Court Denies Wells Fargo’s Motion to Dismiss FCRA Claims
A court in the Middle District of Florida recently denied Wells Fargo’s motion to dismiss claims made by a consumer under the Fair Credit Reporting Act (FCRA).
On June 5, 2018, Plaintiff filed suit against Wells Fargo and alleged Wells Fargo violated the Fair Credit Reporting Act (FCRA) when it failed to properly investigate his dispute of a fraudulent school loan that was being reported on his Experian and Trans Union credit reports. According to the Complaint:
- Plaintiff did not know about or authorize anyone to open the school loan in his name.
- Plaintiff also contends that he disputed the fraudulent school loan directly to Wells Fargo twice, and twice, Wells Fargo concluded the account belonged to him.
- Plaintiff reviewed his Experian and Trans Union credit reports. The credit reports included the fraudulent school loan. The credit reports also indicated that the fraudulent school loan had a balance of over $16,000 and was reported as a “charge off” account.
- Plaintiff disputed the fraudulent school loan to Experian twice. In response to the first dispute, Experian did not delete the fraudulent school loan from Plaintiff’s credit report. In response to Plaintiff’s second dispute, Experian responded to Plaintiff that it deleted the disputed Wells Fargo account from Plaintiff’s credit report.
- Plaintiff disputed the fraudulent school loan to Trans Union twice. In response, and despite receipt of an identity theft report, Trans Union failed to delete or block the fraudulent account.
Wells Fargo argued that the plaintiff failed to state a claim under the FCRA because he did not identify the specific information that Wells Fargo failed to review during its investigation of the disputed information and “which information was found to be inaccurate, incomplete, or unverifiable.” Additionally, Wells Fargo argued the complaint did not allege sufficient facts as to whether Plaintiff alleged Wells Fargo failed to conduct an investigation or whether Wells Fargo’s investigation was inadequate.
Plaintiff argued Wells Fargo is in the best position to know whether any investigation was completed and what information was considered as a part of its investigation. Also, Plaintiff pointed out that at the early stage in the case, discovery is needed to learn what Wells Fargo did or did not do in response to Plaintiff’s disputes.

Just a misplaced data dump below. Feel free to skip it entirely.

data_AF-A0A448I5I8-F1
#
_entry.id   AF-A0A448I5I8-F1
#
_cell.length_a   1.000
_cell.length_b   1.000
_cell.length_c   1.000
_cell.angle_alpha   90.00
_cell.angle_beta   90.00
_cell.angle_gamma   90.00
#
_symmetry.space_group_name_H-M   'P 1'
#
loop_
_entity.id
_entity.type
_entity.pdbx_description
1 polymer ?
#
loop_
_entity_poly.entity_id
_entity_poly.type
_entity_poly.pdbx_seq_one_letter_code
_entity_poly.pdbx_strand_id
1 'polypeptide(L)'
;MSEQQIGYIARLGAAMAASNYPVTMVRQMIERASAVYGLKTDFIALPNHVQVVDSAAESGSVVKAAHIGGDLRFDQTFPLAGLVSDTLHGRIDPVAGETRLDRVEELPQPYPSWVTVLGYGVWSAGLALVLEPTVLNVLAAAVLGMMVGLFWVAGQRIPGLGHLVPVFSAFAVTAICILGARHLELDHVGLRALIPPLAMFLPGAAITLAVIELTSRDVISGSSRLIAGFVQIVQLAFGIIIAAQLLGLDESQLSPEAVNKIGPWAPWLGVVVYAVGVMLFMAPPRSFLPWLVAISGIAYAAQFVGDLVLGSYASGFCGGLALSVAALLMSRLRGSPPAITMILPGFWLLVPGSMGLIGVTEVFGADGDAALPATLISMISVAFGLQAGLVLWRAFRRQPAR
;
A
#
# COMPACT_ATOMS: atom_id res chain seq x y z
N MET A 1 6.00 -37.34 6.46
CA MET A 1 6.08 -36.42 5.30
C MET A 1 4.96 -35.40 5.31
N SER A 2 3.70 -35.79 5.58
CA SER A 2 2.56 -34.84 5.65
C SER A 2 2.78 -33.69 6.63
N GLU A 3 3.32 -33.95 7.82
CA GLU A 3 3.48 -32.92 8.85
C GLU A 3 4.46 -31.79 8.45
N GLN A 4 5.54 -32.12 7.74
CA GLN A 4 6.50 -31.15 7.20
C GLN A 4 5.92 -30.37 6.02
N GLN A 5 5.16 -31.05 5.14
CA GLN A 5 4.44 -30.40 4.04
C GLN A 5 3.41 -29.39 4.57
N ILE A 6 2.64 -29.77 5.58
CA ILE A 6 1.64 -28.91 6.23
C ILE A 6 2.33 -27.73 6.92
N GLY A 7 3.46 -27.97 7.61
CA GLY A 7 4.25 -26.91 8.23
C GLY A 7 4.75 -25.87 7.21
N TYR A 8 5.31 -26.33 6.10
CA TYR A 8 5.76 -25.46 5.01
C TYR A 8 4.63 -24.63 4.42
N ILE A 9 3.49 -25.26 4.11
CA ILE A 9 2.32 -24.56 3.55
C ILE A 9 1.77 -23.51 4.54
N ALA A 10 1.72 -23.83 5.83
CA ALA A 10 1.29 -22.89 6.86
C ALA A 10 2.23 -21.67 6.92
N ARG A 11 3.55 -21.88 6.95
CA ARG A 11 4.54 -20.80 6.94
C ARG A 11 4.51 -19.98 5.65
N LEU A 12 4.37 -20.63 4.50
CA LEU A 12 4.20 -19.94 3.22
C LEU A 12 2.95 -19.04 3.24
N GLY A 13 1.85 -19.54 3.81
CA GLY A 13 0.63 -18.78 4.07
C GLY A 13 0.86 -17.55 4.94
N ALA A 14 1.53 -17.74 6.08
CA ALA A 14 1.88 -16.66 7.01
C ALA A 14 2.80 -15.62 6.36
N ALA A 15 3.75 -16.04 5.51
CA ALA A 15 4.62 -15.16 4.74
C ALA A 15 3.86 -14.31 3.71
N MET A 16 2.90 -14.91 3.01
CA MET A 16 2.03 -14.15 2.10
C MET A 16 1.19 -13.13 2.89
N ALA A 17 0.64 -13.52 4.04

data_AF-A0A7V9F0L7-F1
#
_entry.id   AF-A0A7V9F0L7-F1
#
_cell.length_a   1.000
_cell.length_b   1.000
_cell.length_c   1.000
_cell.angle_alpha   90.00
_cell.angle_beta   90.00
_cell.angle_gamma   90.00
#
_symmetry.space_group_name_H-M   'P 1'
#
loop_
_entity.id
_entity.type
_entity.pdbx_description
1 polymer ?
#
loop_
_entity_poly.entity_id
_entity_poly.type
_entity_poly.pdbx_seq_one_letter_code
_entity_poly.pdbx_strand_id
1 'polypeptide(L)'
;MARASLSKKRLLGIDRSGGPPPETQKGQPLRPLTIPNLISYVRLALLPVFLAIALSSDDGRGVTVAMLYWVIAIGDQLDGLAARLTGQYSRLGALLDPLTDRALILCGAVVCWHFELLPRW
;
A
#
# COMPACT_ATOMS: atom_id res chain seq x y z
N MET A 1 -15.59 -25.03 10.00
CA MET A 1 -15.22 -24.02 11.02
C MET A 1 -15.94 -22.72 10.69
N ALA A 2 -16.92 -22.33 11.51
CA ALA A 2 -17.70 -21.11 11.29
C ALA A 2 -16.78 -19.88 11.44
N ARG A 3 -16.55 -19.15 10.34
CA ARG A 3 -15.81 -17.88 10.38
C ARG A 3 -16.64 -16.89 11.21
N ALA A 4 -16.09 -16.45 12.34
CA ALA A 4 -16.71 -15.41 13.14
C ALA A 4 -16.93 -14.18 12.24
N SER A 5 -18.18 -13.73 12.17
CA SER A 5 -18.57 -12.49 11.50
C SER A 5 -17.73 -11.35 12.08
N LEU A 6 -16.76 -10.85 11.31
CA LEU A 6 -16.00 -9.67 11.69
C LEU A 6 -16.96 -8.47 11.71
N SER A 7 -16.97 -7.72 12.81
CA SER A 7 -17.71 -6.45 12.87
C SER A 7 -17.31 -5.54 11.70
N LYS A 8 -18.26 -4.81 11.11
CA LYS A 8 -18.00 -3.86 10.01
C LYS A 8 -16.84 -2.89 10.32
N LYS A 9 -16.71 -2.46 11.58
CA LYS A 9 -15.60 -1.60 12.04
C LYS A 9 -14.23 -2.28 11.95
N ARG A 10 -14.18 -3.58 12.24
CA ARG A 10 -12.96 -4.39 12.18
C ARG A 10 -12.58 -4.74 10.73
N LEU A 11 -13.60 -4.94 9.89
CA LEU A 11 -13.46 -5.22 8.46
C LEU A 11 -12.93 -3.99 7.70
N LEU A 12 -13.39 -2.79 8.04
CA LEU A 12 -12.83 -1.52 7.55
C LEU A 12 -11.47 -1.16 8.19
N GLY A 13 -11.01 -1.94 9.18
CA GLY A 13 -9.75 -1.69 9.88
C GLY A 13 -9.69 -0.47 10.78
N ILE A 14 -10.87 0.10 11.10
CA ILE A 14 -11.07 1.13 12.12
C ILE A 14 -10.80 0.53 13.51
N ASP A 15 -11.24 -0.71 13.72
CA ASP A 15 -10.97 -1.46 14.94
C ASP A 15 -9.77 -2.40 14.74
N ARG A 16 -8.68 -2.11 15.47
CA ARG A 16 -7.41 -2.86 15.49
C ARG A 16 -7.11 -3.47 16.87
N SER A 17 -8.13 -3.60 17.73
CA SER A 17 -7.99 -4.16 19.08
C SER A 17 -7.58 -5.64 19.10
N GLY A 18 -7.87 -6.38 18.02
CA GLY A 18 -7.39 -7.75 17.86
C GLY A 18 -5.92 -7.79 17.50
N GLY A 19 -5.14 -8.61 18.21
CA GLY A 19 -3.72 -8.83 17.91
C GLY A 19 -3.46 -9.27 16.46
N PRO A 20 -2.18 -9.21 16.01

The Court recognized, “[i]n order to sufficiently state a claim against Wells Fargo for violating 15 U.S.C. § 1681s-2(b) of the FCRA, Plaintiff must allege that Wells Fargo: [F]ailed to conduct an investigation with respect to the disputed information; (2) failed to review all relevant information provided by the consumer reporting agency pursuant to § 1681i(a)(2) of the FCRA; (3) failed to report the results of the investigation to the consumer reporting agency; or, (4) if an item of information disputed by a consumer is found to be inaccurate, incomplete, or cannot be verified after any reinvestigation, failed to modify, delete, or permanently block the reporting of that item of information.”citing Howard v. DirecTV Group, Inc., 2012 WL 1850922, at *4 (S.D. Ga. May 21, 2012).
The Court disagreed with Wells Fargo and held the plaintiff made the necessary allegations in his complaint to survive the motion to dismiss. Specifically, Plaintiff alleged Wells Fargo failed to “conduct an investigation with respect to the disputed information” and “review all relevant information provided by Plaintiff in the dispute provided to [the consumer reporting agencies]….” See Complaint, ¶¶ 66-67 and 88-90. Accordingly, the Court denied Wells Fargo’s Motion to Dismiss Plaintiff’s FCRA claims because Plaintiff’s “allegations are sufficient to allow the plaintiff to conduct discovery in an attempt to prove the allegations. CitingJackam v. Hospital Corp. of Am. Mideast, Ltd., 800 F.2d 1577, 1579 (11th Cir. 1986).
Read the full opinion here: Okereke v. Experian Information Solutions, Inc., Case No. 8:18-cv-1347-T-24 AAS (M.D. Fla., Oct. 31, 2018).
The Adkins Firm helps victims of identity theft. We also help consumers with errors on credit or background reports. Have you discovered fraudulent accounts on your credit report? Have you disputed the fraudulent information to the credit bureaus, but the information was “verified” as accurate? If you answered yes to any of these questions, we may be able to help you.
Contact us by calling 615.370.9659 or click HERE to schedule a free consultation. Remember, it’s your credit report!